In English, many things are named after a particular country – but have you ever wondered what those things are called in those countries?
- The angry cross-hatch of purple weals between his nipples is matched by four on his back and, according to some reports, one on his buttocks.
- There was a red line running from David's chin, across his cheek and over the corner of his eye, disappearing into his hairline, and it was swelling rapidly into a sizeable weal.
- At the first bell after dinner she was back in the gym with Kev, who noticed the red wheals on her arms even before he had started teaching her.
- You could always tell where she'd been in the school, you just followed the red weals on the legs of the kids.
- Their idea of a fun Saturday afternoon is to go paintballing and end up covered in golfball-sized red weals from being shot at close range.
- Mr Brown said: ‘I have got big wheals on my wrists where the handcuffs were, and I fell and bashed up my legs, which are very painful.’
- His back was covered in weals where he had been flogged.
- The whip came down again, this time leaving a red wheal where it had hit.
- And they had these sharp little edges that could leave a hell of a weal if they caught you at the right angle.
- I sat in it once when they were picking tomatoes, my feet dangling, the ridge of the seat hurting my thighs, making red weals.
- Lifting the edge of the blanket, she managed to turn him on his side so she could lean over and scrub the back of him and she was horrified to see dozens of long, thin, red weals from his shoulders down to his waist. ‘Oh, you poor creature!’
1(good)weal and woe — la buena y la mala fortuna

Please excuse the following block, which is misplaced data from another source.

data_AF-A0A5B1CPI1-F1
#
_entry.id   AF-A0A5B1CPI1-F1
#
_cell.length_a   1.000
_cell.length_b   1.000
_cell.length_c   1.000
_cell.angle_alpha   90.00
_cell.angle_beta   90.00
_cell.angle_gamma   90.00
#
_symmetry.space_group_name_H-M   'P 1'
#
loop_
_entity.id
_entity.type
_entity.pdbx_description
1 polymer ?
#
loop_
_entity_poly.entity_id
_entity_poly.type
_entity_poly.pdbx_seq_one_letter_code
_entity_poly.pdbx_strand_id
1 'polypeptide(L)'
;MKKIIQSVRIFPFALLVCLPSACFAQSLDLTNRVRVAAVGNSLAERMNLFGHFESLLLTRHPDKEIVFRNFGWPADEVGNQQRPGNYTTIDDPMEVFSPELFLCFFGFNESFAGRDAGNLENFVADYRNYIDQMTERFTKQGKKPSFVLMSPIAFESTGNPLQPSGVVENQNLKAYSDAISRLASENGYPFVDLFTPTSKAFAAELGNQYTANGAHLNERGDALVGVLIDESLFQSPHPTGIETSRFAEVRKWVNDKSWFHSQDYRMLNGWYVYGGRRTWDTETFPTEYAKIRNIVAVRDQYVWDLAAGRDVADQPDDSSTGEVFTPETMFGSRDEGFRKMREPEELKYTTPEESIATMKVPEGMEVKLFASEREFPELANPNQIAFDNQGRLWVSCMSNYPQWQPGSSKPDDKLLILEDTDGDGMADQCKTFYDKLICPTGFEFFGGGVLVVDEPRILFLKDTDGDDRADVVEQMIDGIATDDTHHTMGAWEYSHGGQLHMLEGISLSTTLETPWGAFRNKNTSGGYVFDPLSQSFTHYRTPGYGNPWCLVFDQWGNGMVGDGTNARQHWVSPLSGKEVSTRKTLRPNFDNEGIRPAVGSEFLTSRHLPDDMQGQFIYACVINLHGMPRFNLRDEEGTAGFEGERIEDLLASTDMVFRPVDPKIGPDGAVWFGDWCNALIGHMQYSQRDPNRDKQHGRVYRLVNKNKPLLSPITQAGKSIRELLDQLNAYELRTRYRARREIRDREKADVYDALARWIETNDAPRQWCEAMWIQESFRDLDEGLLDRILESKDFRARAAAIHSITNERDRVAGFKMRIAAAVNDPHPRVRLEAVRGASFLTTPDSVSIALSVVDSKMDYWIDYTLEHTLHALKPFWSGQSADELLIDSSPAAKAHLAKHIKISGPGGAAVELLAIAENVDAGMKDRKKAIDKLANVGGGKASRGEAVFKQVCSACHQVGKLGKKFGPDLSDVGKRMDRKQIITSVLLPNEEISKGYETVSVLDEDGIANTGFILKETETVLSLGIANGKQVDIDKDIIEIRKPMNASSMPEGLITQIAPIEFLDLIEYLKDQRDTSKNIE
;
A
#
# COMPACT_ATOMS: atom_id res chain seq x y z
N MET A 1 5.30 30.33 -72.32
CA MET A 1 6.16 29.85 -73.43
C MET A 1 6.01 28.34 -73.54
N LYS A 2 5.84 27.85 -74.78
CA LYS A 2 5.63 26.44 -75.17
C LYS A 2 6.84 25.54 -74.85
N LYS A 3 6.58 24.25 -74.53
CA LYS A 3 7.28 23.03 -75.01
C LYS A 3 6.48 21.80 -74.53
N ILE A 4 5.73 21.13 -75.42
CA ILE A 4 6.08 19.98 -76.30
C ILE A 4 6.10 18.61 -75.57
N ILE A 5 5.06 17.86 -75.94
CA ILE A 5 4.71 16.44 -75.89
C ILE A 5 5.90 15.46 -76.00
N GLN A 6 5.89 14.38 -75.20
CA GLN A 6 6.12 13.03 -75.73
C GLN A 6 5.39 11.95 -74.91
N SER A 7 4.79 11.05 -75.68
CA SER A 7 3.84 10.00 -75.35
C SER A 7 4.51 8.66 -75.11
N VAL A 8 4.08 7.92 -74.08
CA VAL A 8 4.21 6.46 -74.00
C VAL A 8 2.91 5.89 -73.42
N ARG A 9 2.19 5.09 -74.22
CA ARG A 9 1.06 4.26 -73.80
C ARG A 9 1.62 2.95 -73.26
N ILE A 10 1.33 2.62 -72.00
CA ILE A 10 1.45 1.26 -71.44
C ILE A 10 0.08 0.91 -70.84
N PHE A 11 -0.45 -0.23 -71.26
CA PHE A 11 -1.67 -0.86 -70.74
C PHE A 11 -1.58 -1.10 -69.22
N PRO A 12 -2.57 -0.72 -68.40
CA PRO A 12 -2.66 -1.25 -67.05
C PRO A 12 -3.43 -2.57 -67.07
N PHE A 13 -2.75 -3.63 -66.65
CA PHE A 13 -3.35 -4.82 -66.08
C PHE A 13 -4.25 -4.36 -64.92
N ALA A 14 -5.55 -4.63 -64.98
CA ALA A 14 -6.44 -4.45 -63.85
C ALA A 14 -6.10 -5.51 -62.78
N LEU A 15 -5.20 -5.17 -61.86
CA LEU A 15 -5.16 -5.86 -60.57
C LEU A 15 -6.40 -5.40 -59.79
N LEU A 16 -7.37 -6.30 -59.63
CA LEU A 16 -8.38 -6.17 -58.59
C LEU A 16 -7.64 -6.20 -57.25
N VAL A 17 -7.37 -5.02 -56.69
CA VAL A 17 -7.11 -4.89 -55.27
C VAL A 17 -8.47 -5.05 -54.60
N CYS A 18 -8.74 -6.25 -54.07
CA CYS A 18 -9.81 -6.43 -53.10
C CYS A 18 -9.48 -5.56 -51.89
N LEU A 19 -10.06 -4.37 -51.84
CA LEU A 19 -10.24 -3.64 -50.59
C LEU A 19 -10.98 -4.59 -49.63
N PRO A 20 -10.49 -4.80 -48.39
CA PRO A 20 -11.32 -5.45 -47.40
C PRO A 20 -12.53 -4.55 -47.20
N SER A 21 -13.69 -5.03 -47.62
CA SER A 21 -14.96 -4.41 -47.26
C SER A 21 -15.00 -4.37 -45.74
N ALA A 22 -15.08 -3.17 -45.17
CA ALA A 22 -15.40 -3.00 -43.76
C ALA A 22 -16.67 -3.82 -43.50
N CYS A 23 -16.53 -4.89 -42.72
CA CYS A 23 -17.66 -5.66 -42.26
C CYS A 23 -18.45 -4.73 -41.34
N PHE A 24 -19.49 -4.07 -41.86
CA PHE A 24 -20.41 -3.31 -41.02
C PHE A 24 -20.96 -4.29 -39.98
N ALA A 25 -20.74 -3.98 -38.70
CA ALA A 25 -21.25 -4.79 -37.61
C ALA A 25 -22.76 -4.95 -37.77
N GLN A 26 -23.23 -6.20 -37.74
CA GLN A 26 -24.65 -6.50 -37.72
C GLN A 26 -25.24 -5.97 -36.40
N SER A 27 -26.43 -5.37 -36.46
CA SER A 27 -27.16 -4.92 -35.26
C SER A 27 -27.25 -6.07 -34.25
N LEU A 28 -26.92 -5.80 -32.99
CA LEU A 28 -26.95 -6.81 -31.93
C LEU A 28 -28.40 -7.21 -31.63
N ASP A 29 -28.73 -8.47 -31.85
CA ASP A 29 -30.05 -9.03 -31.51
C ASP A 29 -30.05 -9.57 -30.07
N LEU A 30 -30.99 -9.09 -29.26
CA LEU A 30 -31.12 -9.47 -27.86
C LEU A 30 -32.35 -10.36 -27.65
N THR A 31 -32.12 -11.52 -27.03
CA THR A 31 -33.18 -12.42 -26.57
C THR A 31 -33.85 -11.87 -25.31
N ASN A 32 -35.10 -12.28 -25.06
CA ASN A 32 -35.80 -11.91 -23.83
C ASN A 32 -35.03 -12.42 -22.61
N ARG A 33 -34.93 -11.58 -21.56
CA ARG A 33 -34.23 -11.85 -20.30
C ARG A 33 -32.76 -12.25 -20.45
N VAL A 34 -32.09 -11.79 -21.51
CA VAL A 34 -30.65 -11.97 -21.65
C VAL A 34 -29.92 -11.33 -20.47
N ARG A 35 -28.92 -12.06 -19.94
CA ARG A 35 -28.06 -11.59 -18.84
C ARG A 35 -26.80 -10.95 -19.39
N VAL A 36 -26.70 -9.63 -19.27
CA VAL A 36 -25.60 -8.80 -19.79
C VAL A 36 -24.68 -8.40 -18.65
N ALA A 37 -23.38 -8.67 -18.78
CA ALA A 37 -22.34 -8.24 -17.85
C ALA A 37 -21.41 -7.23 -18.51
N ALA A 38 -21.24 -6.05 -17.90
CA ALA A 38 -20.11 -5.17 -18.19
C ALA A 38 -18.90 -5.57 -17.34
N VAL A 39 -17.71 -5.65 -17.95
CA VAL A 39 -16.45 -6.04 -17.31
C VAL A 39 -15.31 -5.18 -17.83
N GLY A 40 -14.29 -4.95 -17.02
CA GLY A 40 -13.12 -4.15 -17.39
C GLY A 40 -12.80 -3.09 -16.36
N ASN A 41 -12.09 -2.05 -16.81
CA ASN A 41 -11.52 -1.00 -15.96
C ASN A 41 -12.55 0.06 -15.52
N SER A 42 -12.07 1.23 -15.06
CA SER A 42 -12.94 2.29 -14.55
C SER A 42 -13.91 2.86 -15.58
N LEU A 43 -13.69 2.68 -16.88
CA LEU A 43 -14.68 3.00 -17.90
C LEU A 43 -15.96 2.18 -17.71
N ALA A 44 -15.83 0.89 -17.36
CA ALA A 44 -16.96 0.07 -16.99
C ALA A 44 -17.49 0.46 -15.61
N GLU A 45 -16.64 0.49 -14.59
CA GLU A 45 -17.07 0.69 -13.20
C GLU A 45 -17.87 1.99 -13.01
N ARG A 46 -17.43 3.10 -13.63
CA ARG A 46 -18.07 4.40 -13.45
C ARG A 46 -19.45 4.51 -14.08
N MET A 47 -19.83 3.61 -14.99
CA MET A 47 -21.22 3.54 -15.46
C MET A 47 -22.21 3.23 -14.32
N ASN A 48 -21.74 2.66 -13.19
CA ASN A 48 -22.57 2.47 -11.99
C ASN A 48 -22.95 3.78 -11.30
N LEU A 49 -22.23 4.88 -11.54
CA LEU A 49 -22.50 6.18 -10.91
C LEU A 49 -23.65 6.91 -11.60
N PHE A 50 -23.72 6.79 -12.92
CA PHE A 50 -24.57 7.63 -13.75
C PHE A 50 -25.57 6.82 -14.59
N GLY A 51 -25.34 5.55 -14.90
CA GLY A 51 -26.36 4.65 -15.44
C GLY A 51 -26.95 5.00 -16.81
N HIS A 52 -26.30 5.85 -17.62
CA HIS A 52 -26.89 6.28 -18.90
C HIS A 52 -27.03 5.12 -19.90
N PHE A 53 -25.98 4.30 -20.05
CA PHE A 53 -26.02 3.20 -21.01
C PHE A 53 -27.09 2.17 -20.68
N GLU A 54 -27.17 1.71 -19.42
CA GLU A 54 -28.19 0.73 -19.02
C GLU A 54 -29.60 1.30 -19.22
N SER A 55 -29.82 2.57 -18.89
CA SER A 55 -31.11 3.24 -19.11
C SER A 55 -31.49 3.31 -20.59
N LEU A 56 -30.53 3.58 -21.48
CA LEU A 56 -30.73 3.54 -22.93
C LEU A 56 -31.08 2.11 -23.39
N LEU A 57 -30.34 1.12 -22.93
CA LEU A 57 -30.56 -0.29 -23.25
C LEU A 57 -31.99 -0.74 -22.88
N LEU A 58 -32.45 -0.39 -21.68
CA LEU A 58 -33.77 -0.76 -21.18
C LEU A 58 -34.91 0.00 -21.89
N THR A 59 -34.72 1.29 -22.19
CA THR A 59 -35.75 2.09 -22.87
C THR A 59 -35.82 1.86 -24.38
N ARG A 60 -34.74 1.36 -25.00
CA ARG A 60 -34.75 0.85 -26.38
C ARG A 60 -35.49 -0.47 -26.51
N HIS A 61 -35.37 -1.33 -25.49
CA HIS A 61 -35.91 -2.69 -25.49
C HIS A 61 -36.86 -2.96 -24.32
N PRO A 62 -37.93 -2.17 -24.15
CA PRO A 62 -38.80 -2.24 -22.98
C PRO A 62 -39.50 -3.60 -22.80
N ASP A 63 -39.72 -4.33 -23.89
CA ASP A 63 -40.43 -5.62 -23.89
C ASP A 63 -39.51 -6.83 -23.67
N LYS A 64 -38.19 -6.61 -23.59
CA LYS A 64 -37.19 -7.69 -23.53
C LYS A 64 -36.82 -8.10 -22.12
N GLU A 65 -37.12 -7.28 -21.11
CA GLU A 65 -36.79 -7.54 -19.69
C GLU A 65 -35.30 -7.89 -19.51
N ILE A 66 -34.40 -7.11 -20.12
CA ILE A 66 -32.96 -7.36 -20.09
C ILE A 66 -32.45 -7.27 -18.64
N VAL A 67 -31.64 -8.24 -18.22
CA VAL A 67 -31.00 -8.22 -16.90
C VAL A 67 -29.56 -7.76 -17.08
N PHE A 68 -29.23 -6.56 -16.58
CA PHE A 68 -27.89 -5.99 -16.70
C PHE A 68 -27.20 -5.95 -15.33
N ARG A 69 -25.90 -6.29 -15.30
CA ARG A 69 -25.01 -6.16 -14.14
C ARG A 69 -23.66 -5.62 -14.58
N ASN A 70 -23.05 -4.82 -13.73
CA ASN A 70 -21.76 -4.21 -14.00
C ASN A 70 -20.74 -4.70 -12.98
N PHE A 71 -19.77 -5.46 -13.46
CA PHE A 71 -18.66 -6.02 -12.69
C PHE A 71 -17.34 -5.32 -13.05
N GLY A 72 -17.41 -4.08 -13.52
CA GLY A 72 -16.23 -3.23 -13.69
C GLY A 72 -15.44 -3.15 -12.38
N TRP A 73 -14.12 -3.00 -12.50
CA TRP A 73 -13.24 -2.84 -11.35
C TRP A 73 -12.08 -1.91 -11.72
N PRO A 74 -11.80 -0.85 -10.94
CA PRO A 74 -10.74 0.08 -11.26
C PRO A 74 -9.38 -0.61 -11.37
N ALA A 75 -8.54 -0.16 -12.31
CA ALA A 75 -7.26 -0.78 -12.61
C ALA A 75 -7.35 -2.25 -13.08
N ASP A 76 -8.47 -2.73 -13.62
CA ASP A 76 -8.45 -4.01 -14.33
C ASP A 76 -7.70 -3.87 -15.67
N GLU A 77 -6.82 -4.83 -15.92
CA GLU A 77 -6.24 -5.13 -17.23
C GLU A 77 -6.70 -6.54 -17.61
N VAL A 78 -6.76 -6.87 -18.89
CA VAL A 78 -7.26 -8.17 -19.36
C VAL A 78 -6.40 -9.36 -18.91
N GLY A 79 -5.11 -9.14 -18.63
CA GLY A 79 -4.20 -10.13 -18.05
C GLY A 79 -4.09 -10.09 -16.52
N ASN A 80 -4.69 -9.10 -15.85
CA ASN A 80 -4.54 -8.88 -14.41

- Should he show sloth in anything, he shall be liable to grave responsibility as the neglector of the state's weal.
- Rather, we should view them in the context of their times and acknowledge the efforts many of them made towards trying to improve the public weal.
- In these respects the substances resemble the superhuman powers themselves; they are ambiguous in character, and can cause either weal or woe.
- His attachment to the vow of celibacy takes overriding precedence over everything else, including the public weal.
- He presupposes that personal liberation, however delightful, is not good enough for the public weal.
- Positions of trust were designated to all members of this Parliament, singly and corporately, who were seen as guardians of the public weal.
- This enabled them to fashion the policies of the state in a manner that the woe and weal of the common man is addressed.
- It is, instead, an exercise in careful selection of the finest legal minds to the better advantage of the public weal, and is undertaken in seriousness, sobriety and the fullest impartiality.
- We are not invited to admire or condemn, only to experience the humanity of a woman making a choice, for weal or woe.
- National identity means a willingness to build the nation, which evolves from collective recognition of the need to share weal and woe.
- This President has largely excused the rich and powerful from the onerous burden of lightening their wads a tiny bit for the public weal - with a resulting plunge in Treasury receipts.
- There is no way for a democratic regime to prevent the citizens from watching and participating in exchanges of ideas, even if these are often half-baked or biassed, and not aimed at public weal.
- Many will recognize in the Bush initiatives a potential danger to the public weal (is this yet another Republican effort to shrink government?
- It provides a lesson in eliminating fiscal domination and ensuring the public weal.
English has borrowed many of the following foreign expressions of parting, so you’ve probably encountered some of these ways to say goodbye in other languages.
Many words formed by the addition of the suffix –ster are now obsolete - which ones are due a resurgence?
As their breed names often attest, dogs are a truly international bunch. Let’s take a look at 12 different dog breed names and their backstories.